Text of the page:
More recently, direct drilling operations have become more popular where the seed is planted directly into non-cultivated soil using a corn drill (Figure 5) typically for winter cereals and forage crops, or a vacuum precision drill typically for maize, soybean and sunflower. Energy conservation and reduced soil compaction are evident advantages of a system that can also combine two, three or four field operations into one.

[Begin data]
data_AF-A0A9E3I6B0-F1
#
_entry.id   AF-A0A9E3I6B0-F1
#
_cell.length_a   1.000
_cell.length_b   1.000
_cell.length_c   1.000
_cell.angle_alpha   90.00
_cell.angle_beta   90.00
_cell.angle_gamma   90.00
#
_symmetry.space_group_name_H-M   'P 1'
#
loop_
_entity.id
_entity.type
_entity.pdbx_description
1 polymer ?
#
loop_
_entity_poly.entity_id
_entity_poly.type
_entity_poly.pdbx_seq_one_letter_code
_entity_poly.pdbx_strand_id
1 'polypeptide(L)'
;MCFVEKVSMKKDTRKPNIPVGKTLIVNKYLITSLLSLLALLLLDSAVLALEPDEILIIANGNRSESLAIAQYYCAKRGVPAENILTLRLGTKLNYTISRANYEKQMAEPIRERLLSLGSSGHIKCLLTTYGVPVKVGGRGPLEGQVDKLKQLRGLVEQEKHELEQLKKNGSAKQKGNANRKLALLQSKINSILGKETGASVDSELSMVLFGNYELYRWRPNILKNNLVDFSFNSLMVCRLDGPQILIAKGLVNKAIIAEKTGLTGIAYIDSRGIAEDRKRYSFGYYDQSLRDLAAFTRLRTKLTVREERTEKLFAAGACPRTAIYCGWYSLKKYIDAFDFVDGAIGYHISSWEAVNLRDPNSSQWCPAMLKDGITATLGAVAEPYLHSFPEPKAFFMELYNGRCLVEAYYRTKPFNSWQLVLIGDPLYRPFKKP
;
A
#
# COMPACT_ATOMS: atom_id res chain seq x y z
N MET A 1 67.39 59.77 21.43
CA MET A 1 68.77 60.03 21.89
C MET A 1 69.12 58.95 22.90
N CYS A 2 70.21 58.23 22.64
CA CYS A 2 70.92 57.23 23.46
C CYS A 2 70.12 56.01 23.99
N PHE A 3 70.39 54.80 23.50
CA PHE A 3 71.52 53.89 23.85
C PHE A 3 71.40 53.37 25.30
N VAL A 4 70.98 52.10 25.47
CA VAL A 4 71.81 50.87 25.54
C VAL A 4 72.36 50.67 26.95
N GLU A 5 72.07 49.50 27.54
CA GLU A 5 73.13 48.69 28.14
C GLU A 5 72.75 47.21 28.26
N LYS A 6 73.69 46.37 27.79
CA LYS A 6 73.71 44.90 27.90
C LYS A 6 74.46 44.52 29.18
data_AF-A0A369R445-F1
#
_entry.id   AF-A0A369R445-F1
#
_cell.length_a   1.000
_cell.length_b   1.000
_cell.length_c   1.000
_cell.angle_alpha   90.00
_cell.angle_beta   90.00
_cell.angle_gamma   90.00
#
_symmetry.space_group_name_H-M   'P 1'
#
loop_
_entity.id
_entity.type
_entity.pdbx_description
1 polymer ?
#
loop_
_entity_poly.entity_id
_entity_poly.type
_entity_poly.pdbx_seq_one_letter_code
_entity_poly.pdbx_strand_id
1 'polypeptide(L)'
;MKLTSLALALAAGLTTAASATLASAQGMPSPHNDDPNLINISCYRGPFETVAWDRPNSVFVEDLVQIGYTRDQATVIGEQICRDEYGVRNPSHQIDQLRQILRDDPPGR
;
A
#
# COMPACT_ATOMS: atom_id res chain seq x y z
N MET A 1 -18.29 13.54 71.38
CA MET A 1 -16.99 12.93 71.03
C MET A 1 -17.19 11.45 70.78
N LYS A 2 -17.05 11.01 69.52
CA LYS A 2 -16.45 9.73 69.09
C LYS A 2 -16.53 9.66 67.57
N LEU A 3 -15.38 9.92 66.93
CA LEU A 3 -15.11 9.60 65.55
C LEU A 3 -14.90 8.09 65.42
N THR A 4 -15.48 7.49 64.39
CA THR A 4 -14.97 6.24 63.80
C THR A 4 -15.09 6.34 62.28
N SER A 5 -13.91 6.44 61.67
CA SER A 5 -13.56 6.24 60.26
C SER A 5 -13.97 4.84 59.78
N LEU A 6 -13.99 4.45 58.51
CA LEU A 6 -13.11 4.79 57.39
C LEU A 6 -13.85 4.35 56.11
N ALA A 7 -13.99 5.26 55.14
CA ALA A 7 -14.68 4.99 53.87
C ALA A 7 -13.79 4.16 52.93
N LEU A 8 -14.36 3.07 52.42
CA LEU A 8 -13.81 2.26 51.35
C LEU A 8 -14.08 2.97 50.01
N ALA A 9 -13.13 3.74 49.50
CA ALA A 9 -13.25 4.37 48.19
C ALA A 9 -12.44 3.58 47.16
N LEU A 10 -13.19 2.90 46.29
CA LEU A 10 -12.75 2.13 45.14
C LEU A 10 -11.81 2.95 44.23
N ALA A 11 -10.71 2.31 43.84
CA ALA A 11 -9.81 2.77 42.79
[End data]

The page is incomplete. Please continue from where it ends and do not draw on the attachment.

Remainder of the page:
For small grain, drying to 14% moisture (wet basis) is sufficient to inhibit both fungal and respirational activity. The shelf life of certain fruits (most commonly apples) may be extended through controlled atmosphere storage (using reduced atmospheric oxygen) in refrigerated stores. In most instances, the careful control of temperature and relative humidity is sufficient to extend the shelf life of most crop products stored on the farm. Increasing emphasis on quality control and assessment will be facilitated by novel items of equipment including the electronic nose, biosensors, X-ray computer-aided technology (i.e. three dimensional mapping; CAT scan), nuclear magnetic resonance (Figure 9) and chlorophyll fluorescence.